Jesus Christ: The Liberator #3

This year, in my Pontifical Christmas Message to our people I focused on the theme of liberation. I would like, in the context of this fourth dialogue, to share some of my reflections with our youth.

The concept of liberation is at the heart of the Holy Bible. The Old Testament is the history of the expectation of the Messiah, and the New Testament the history of the coming of the Messiah. However, the people of the Old Testament believe that Messiah would come to liberate them from slavery, and restore their political kingdom in Jerusalem; while in the New Testament the Son of God comes to liberate the entire humanity from the slavery of sin and establish God’s kingdom in the world.

The birth of Jesus in Bethlehem is, therefore, the enfolding of God’s gift of liberation. Jesus perceives His earthly mission essentially as one of liberation. Hence, it is not by accident that Christ embarks on His mission by reading that chapter from the prophet Isaiah where it is written: “The Spirit of the Lord is on me, because he has anointed me to preach good news to poor. He has sent me to proclaim freedom for the prisoners and recovery of sight for the blind, to release the oppressed, to proclaim the year of the Lord’s favor” (Luke 4: 18-19). It is significant that after reading this passage Jesus affirms that “Today this scripture is fulfilled” (Luke 4: 21).

We must look at the Christ-event from this perspective, and grasp the very meaning and implications of Christ’s miracles, parables and teachings in light of God’s engagement to liberate humanity. Salvation, which is the core of the New Testament, means liberation. Adam and Eve were expelled from paradise because of their sin. The purpose of Christ’s mission was to liberate human beings by restoring to them God’s fallen image and making them the adopted children of God. Christ would achieve the liberation of human beings by His cross.

As we turn once again to Bethlehem, let us greet in the incarnate Son of God our true liberator; a liberator who has made history; a liberator who is always ready to liberate each of us from our own slavery today. Christ is Emmanuel, which means God with-us.

- Christ is with us to liberate each of us from our own self. Our self can be our greatest enemy, for, by concentrating on our own self, we enslave ourselves. Because God is both the cause of our existence and the purpose of our life, we have no right to live our lives according to our own desires and designs. A self-centered life rejects God. By living a God-centered life, we will live life properly. As a person, as part of a family, and as a member of a community, we must live our life with a sense of responsibility and accountability.

- Christ is with us to liberate each of us from the slavery of law. As an instrument of organizing and governing society, law can liberate. However, it can also enslave. Law which enslaves is a source of evil. Referring to the codified religious laws of the old dispensation, the Apostle says: “We have been released from the law so that we serve in the new way of the Spirit, and not in the old way of the written code” (Romans 7:6). With His blood, Christ saved us from the captivity of the old law. Law which liberates is sustained by moral and human values and promotes justice, peace and freedom. For Christianity, freedom is an essential ingredient of law; it is a God given gift to humanity. But we are called to use the freedom responsibly.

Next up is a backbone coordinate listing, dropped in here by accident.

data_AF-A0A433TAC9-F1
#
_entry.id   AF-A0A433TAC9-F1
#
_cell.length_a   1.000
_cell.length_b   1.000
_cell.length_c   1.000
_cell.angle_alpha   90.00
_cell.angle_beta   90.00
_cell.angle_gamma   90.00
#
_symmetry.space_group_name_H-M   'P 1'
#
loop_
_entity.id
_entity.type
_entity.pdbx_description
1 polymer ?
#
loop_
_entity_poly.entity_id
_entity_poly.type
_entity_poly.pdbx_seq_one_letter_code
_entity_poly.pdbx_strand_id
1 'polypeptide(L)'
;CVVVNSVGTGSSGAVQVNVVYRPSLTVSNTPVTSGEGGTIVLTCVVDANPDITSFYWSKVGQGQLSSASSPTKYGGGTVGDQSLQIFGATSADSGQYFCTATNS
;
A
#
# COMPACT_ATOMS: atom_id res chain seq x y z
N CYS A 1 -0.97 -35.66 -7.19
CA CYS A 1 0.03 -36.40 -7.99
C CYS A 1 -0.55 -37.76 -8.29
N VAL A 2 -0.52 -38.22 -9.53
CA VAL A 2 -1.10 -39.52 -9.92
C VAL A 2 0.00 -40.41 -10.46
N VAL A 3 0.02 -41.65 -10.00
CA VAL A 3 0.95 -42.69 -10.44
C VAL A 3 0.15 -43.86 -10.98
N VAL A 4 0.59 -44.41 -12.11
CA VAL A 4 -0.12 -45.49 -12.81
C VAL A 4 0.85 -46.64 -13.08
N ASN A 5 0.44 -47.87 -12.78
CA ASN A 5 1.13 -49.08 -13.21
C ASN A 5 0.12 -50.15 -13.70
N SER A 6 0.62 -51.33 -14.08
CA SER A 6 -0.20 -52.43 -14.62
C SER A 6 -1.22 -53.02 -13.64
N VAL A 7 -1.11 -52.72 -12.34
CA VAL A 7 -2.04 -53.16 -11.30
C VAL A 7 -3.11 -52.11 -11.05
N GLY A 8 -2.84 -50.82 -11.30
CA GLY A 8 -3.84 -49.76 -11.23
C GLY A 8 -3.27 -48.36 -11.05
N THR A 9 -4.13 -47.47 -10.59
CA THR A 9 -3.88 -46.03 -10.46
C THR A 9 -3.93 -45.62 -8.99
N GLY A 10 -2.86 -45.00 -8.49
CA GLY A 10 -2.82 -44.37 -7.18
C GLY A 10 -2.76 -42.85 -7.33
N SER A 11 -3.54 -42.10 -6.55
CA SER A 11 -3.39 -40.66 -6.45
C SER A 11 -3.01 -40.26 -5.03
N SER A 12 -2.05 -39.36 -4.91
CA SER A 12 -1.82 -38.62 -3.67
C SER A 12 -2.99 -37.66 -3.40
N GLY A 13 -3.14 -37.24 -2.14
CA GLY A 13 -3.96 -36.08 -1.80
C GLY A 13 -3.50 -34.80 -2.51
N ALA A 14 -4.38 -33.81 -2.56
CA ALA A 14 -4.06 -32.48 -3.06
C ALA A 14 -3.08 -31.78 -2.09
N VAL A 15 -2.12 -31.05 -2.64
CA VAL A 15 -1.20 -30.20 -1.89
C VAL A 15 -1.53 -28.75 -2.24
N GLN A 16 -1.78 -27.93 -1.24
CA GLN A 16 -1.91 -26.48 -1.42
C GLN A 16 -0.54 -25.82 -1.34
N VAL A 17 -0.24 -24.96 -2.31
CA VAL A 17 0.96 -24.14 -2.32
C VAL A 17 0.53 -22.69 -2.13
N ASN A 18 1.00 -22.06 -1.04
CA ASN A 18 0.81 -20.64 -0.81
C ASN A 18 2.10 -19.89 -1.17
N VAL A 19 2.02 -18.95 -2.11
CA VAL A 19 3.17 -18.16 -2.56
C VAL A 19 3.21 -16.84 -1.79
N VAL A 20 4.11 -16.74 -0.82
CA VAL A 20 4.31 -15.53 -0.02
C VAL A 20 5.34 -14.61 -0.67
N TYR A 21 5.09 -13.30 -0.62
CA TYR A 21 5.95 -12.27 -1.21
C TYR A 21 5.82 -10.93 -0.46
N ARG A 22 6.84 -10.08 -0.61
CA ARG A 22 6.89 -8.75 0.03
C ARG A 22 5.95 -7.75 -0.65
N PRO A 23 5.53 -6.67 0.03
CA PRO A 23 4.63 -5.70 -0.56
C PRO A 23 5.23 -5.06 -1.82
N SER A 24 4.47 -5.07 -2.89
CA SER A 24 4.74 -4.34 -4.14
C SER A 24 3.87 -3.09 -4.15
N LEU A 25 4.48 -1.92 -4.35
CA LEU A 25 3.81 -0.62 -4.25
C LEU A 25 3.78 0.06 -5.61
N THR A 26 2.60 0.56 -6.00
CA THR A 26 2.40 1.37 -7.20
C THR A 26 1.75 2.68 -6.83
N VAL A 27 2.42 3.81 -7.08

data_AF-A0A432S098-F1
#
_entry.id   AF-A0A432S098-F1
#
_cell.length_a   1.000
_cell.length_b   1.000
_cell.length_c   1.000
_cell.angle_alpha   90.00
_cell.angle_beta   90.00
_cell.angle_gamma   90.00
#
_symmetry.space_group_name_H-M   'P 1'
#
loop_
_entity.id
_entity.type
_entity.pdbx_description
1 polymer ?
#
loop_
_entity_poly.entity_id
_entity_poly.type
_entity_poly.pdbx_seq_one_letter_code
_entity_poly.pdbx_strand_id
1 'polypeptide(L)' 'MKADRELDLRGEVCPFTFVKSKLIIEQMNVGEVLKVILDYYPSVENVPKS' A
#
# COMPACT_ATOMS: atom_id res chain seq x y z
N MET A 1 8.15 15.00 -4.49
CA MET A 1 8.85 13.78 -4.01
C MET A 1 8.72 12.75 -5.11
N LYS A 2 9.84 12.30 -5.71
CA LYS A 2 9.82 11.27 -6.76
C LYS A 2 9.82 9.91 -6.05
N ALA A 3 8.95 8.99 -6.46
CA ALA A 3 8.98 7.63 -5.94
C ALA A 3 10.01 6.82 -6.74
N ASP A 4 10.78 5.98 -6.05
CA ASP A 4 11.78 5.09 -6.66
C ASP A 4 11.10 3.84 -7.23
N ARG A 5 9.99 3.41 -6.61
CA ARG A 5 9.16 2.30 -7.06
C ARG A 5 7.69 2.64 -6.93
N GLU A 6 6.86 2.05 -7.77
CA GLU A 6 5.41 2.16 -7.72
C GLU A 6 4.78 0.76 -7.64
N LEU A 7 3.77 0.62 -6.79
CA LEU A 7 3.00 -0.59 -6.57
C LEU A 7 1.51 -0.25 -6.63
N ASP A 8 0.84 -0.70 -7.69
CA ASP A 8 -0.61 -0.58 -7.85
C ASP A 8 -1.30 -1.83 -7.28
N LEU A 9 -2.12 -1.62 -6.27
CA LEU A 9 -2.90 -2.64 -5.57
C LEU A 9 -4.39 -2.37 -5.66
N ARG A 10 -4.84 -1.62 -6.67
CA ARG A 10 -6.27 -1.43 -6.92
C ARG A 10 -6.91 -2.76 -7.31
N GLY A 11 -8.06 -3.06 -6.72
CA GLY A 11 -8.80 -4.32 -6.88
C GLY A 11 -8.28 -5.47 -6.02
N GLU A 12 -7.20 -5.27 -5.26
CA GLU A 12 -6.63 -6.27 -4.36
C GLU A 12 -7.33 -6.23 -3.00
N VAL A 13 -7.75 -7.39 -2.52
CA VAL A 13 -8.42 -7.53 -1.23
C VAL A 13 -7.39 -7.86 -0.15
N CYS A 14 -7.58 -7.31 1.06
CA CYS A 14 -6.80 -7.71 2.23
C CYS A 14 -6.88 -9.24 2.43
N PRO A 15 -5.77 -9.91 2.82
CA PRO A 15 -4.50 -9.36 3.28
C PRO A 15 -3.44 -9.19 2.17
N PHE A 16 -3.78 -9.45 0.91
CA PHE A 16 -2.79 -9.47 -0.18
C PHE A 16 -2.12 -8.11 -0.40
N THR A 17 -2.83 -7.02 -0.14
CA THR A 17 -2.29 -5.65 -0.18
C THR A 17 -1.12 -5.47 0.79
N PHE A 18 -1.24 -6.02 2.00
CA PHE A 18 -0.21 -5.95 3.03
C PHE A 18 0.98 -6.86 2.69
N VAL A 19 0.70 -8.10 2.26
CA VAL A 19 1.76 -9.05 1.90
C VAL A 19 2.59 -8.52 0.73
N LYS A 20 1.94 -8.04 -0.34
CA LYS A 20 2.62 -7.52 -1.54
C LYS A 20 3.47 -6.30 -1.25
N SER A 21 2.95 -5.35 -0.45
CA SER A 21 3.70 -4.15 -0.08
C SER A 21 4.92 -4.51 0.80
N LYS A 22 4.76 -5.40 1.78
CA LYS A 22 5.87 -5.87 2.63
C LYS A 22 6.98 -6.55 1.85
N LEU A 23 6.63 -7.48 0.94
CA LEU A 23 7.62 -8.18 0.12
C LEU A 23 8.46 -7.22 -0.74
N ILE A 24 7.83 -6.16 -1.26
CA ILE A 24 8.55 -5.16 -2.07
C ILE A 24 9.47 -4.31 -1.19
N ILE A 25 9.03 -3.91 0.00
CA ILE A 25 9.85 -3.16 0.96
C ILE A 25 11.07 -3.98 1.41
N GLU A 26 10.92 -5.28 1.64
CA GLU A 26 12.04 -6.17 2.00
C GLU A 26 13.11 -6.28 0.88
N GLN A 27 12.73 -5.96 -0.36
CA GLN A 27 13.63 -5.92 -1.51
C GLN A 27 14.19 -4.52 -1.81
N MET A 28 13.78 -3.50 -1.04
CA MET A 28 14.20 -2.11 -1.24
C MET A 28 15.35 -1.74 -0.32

- Christ is with us to liberate each of us from the slavery of the material wealth. Spiritual and moral values constitute God’s image in human beings. Present societies, however, are dominated by material values and are governed by materialistic purposes and interests. As Christians, we must not allow material values to be at the center of our life, impacting on our way of life and our decisions. Spiritual and moral values promote the basic principles that are at the heart of our human existence and that help us to lead a
purpose-driven life.

- Christ is with us to liberate each of us from the slavery of evil. Evil surrounds us and seizes any opportunity to approach us. When Christ was approached by evil, His response was firm: “Away from me, Satan! For it is written: ‘Worship the Lord your God, and serve him only’ ” (Matthew 4: 10). Wearing different faces and using different names, evil constantly approaches us. Liberated by Christ, we have the courage to reject evil, which may be attractive in appearance but destructive in essence. To strengthen ourselves, we must worship only Christ, our liberator.

- Christ is with us to liberate each of us from the slavery of death. According to the Bible, death is not only the cessation of physical existence; it is also the absence of God and the dominion of sin. God so loved the world and humanity that He sent His only begotten Son to liberate us from the bondage of sin, as states the Evangelist (John 3: 16). The Christ-event is God’s offer of “abundant” life to humanity. We are invaded in our daily life with the kinds of trends and tendencies, with the sort of ways of life and patterns of thought that make us the captives of fear and insecurity. Christ conquered the death by His cross and gave us new life.

We are living in a world full of uncertainties and anxieties. Let us remind ourselves that the Child of Bethlehem is with us, as we carry on our combat of faith and hope. Let us not forget the words of Saint Paul : “We are hard pressed on every side, but not crushed; perplexed, but not in despair; persecuted, but not abandoned; struck down, but not destroyed” (2 Corinthians 4: 9), because Christ is and will remain our Liberator.

ARAM I
CATHOLICOS OF CILICIA

January 6, 2006
Armenian Christmas
Antelias, Lebanon

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